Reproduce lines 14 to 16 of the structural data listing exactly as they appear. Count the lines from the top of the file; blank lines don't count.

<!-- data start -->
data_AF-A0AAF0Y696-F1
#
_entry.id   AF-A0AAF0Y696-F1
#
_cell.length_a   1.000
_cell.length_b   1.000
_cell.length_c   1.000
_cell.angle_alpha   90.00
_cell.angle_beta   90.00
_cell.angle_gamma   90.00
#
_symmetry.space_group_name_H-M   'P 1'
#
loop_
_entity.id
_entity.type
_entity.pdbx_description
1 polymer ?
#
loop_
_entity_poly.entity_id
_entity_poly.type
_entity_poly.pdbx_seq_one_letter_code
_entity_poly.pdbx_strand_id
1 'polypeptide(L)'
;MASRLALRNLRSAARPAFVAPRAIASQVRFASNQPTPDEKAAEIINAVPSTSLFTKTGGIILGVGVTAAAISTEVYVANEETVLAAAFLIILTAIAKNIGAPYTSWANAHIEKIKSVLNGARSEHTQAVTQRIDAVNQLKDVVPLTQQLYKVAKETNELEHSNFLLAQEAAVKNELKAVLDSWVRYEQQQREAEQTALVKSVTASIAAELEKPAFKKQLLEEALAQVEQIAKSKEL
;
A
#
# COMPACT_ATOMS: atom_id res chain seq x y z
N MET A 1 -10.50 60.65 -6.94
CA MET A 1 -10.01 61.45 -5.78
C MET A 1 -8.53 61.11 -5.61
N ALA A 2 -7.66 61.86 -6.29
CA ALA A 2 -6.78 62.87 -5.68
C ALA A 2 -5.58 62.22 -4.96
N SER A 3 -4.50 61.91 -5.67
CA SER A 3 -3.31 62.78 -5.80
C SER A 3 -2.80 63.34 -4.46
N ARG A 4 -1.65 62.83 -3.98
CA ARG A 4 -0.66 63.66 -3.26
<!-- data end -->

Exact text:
loop_
_entity.id
_entity.type